Eulerian Video Magnification for Revealing Subtle Changes in the World
Hao-Yu Wu1 Michael Rubinstein1 Eugene Shih2

John Guttag1

Frédo Durand1 William T. Freeman1
1MIT CSAIL 2Quanta Research Cambridge, Inc.


An example of using our Eulerian Video Magnification framework for visualizing the human pulse. (a) Four frames from the original video sequence. (b) The same four frames with the subject's pulse signal amplified. (c) A vertical scan line from the input (top) and output (bottom) videos plotted over time shows how our method amplifies the periodic color variation. In the input sequence the signal is imperceptible, but in the magnified sequence the variation is clear.



Our goal is to reveal temporal variations in videos that are difficult or impossible to see with the naked eye and display them in an indicative manner. Our method, which we call Eulerian Video Magnification, takes a standard video sequence as input, and applies spatial decomposition, followed by temporal filtering to the frames. The resulting signal is then amplified to reveal hidden information. Using our method, we are able to visualize the flow of blood as it fills the face and also to amplify and reveal small motions. Our technique can run in real time to show phenomena occurring at temporal frequencies selected by the user.

@article{Wu12Eulerian, author = {Hao-Yu Wu and Michael Rubinstein and Eugene Shih and John Guttag and Fr\'{e}do Durand and William T. Freeman}, title = {Eulerian Video Magnification for Revealing Subtle Changes in the World}, journal = {ACM Transactions on Graphics (Proc. SIGGRAPH 2012)}, year = {2012}, volume = {31}, number = {4}, }

: PDF, Errata

Supplemental: PDF (the derivation in Appendix A in the paper given in more detail)

SIGGRAPH 2012 Presentation: PPT with videos (150MB)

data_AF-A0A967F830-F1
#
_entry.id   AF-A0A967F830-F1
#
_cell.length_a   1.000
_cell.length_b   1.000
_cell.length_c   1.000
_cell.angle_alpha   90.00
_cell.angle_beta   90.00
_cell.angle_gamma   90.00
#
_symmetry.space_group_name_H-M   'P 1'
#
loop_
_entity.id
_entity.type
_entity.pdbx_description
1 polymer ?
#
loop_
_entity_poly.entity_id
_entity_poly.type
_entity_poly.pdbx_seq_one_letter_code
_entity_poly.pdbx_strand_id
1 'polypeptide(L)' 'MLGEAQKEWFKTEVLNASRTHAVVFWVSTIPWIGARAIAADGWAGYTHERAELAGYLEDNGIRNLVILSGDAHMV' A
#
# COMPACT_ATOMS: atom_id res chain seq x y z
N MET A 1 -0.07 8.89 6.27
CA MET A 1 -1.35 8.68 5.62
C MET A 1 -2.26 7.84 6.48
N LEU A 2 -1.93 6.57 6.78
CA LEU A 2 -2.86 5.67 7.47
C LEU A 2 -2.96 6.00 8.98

Visualization of Eulerian motion magnification (Courtesy of Lili Sun)

Videoscope by Quanta Research - upload your videos and have them magnified!

Michael's PhD thesis: Analysis and Visualization of Temporal Variations in Video


SIGGRAPH 2012 Supplemental Video:

Download: mov (220 MB)


Our NSF SciVis 2012 video "Revealing Invisible Changes In The World":

NSF International Science & Engineering Visualization Challenge 2012

ScienceVol. 339 No. 6119 pp. 518-519,

Download: mov (230 MB)


Related Publications

Analysis and Visualization of Temporal Variations in Video, Michael Rubinstein, PhD Thesis, MIT Feb 2014

Riesz Pyramids for Fast Phase-Based Video Magnification, ICCP 2014, to appear

Phase-Based Video Motion Processing, SIGGRAPH 2013



Yedioth Ahronoth (Hebrew) The Hidden Secrets of Video
Discovery Channel Daily Planet    
Daily Mail How to spot a liar (and cheat at poker)    
NY Times Scientists Uncover Invisible Motion in Video Video  
Txchnologist New Video Process Reveals Heart Rate, Invisible Movement    
MIT News MIT researchers honored for 'Revealing Invisible Changes'    
Wired UK MIT algorithm measures your pulse by looking at your face    
Technology Review Software Detects Motion that the Human Eye Can't See    
BBC Radio MIT Video colour amplification
Der Spiegel (German) Video software can make pulse visible    
MIT News Researchers amplify variations in video, making the invisible visible Video Spotlight
Imaging Resource Is baby still breathing? Find out… from a video!